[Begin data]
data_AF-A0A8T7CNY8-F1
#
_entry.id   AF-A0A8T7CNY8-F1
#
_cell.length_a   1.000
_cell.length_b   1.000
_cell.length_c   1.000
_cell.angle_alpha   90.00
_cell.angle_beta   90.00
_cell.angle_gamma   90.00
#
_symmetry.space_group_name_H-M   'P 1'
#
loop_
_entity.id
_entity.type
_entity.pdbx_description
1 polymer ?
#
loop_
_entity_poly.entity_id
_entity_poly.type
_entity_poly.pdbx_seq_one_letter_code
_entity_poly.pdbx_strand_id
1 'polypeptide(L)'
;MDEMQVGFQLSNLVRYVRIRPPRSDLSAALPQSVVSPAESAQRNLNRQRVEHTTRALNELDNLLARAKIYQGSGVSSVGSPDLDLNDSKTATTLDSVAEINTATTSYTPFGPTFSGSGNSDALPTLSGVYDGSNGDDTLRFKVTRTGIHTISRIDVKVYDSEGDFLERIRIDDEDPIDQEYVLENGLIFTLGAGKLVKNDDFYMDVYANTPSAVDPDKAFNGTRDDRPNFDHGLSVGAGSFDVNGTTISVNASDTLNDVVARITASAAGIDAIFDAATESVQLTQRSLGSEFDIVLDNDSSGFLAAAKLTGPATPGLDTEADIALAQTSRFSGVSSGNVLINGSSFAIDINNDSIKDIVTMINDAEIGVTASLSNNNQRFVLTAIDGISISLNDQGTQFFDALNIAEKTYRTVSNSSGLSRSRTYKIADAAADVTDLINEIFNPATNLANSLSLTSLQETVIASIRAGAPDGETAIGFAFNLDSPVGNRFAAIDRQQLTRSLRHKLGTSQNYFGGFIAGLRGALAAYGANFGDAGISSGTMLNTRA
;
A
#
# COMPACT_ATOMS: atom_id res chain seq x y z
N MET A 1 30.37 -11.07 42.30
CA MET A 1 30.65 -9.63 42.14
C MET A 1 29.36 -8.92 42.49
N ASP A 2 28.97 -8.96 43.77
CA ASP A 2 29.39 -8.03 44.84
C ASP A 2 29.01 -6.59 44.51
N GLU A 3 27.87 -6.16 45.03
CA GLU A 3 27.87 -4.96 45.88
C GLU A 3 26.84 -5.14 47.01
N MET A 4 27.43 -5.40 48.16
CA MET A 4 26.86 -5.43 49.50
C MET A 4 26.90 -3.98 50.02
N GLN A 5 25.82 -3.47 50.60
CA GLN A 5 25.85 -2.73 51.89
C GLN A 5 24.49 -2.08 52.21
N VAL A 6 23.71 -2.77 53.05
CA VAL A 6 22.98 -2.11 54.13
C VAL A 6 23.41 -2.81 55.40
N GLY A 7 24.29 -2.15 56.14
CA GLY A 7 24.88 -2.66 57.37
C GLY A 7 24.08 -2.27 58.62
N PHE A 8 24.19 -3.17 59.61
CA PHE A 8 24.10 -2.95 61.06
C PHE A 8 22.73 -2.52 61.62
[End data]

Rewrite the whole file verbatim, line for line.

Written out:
data_AF-A0A8T7CNY8-F1
#
_entry.id   AF-A0A8T7CNY8-F1
#
_cell.length_a   1.000
_cell.length_b   1.000
_cell.length_c   1.000
_cell.angle_alpha   90.00
_cell.angle_beta   90.00
_cell.angle_gamma   90.00
#
_symmetry.space_group_name_H-M   'P 1'
#
loop_
_entity.id
_entity.type
_entity.pdbx_description
1 polymer ?
#
loop_
_entity_poly.entity_id
_entity_poly.type
_entity_poly.pdbx_seq_one_letter_code
_entity_poly.pdbx_strand_id
1 'polypeptide(L)'
;MDEMQVGFQLSNLVRYVRIRPPRSDLSAALPQSVVSPAESAQRNLNRQRVEHTTRALNELDNLLARAKIYQGSGVSSVGSPDLDLNDSKTATTLDSVAEINTATTSYTPFGPTFSGSGNSDALPTLSGVYDGSNGDDTLRFKVTRTGIHTISRIDVKVYDSEGDFLERIRIDDEDPIDQEYVLENGLIFTLGAGKLVKNDDFYMDVYANTPSAVDPDKAFNGTRDDRPNFDHGLSVGAGSFDVNGTTISVNASDTLNDVVARITASAAGIDAIFDAATESVQLTQRSLGSEFDIVLDNDSSGFLAAAKLTGPATPGLDTEADIALAQTSRFSGVSSGNVLINGSSFAIDINNDSIKDIVTMINDAEIGVTASLSNNNQRFVLTAIDGISISLNDQGTQFFDALNIAEKTYRTVSNSSGLSRSRTYKIADAAADVTDLINEIFNPATNLANSLSLTSLQETVIASIRAGAPDGETAIGFAFNLDSPVGNRFAAIDRQQLTRSLRHKLGTSQNYFGGFIAGLRGALAAYGANFGDAGISSGTMLNTRA
;
A
#
# COMPACT_ATOMS: atom_id res chain seq x y z
N MET A 1 30.37 -11.07 42.30
CA MET A 1 30.65 -9.63 42.14
C MET A 1 29.36 -8.92 42.49
N ASP A 2 28.97 -8.96 43.77
CA ASP A 2 29.39 -8.03 44.84
C ASP A 2 29.01 -6.59 44.51
N GLU A 3 27.87 -6.16 45.03
CA GLU A 3 27.87 -4.96 45.88
C GLU A 3 26.84 -5.14 47.01
N MET A 4 27.43 -5.40 48.16
CA MET A 4 26.86 -5.43 49.50
C MET A 4 26.90 -3.98 50.02
N GLN A 5 25.82 -3.47 50.60
CA GLN A 5 25.85 -2.73 51.89
C GLN A 5 24.49 -2.08 52.21
N VAL A 6 23.71 -2.77 53.05
CA VAL A 6 22.98 -2.11 54.13
C VAL A 6 23.41 -2.81 55.40
N GLY A 7 24.29 -2.15 56.14
CA GLY A 7 24.88 -2.66 57.37
C GLY A 7 24.08 -2.27 58.62
N PHE A 8 24.19 -3.17 59.61
CA PHE A 8 24.10 -2.95 61.06
C PHE A 8 22.73 -2.52 61.62